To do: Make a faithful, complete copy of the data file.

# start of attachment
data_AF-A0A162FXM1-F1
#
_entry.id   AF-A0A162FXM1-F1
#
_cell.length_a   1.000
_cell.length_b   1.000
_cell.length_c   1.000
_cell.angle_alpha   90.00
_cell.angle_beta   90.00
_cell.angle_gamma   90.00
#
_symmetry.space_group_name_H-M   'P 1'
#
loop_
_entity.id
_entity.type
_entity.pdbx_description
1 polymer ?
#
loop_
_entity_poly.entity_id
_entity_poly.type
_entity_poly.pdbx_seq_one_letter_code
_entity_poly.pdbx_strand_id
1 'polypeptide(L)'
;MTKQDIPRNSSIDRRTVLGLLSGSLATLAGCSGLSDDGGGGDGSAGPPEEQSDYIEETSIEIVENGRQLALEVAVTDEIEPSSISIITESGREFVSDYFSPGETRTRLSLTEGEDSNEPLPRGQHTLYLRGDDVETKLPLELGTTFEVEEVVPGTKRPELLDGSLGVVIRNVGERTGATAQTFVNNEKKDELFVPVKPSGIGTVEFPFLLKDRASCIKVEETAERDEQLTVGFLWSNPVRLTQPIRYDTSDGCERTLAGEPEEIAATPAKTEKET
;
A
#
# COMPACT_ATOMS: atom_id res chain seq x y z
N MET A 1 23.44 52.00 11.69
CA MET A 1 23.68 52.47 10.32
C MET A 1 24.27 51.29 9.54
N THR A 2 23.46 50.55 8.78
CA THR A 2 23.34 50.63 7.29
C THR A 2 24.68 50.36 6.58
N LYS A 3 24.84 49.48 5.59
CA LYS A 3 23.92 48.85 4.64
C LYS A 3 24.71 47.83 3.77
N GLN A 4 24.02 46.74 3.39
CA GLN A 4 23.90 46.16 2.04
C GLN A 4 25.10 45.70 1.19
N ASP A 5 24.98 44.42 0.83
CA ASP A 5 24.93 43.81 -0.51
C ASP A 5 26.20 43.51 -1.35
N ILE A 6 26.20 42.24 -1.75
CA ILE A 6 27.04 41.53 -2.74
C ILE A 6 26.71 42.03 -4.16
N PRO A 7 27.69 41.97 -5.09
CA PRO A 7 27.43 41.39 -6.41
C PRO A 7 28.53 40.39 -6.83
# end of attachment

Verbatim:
data_AF-A0A162FXM1-F1
#
_entry.id   AF-A0A162FXM1-F1
#
_cell.length_a   1.000
_cell.length_b   1.000
_cell.length_c   1.000
_cell.angle_alpha   90.00
_cell.angle_beta   90.00
_cell.angle_gamma   90.00
#
_symmetry.space_group_name_H-M   'P 1'
#
loop_
_entity.id
_entity.type
_entity.pdbx_description
1 polymer ?
#
loop_
_entity_poly.entity_id
_entity_poly.type
_entity_poly.pdbx_seq_one_letter_code
_entity_poly.pdbx_strand_id
1 'polypeptide(L)'
;MTKQDIPRNSSIDRRTVLGLLSGSLATLAGCSGLSDDGGGGDGSAGPPEEQSDYIEETSIEIVENGRQLALEVAVTDEIEPSSISIITESGREFVSDYFSPGETRTRLSLTEGEDSNEPLPRGQHTLYLRGDDVETKLPLELGTTFEVEEVVPGTKRPELLDGSLGVVIRNVGERTGATAQTFVNNEKKDELFVPVKPSGIGTVEFPFLLKDRASCIKVEETAERDEQLTVGFLWSNPVRLTQPIRYDTSDGCERTLAGEPEEIAATPAKTEKET
;
A
#
# COMPACT_ATOMS: atom_id res chain seq x y z
N MET A 1 23.44 52.00 11.69
CA MET A 1 23.68 52.47 10.32
C MET A 1 24.27 51.29 9.54
N THR A 2 23.46 50.55 8.78
CA THR A 2 23.34 50.63 7.29
C THR A 2 24.68 50.36 6.58
N LYS A 3 24.84 49.48 5.59
CA LYS A 3 23.92 48.85 4.64
C LYS A 3 24.71 47.83 3.77
N GLN A 4 24.02 46.74 3.39
CA GLN A 4 23.90 46.16 2.04
C GLN A 4 25.10 45.70 1.19
N ASP A 5 24.98 44.42 0.83
CA ASP A 5 24.93 43.81 -0.51
C ASP A 5 26.20 43.51 -1.35
N ILE A 6 26.20 42.24 -1.75
CA ILE A 6 27.04 41.53 -2.74
C ILE A 6 26.71 42.03 -4.16
N PRO A 7 27.69 41.97 -5.09
CA PRO A 7 27.43 41.39 -6.41
C PRO A 7 28.53 40.39 -6.83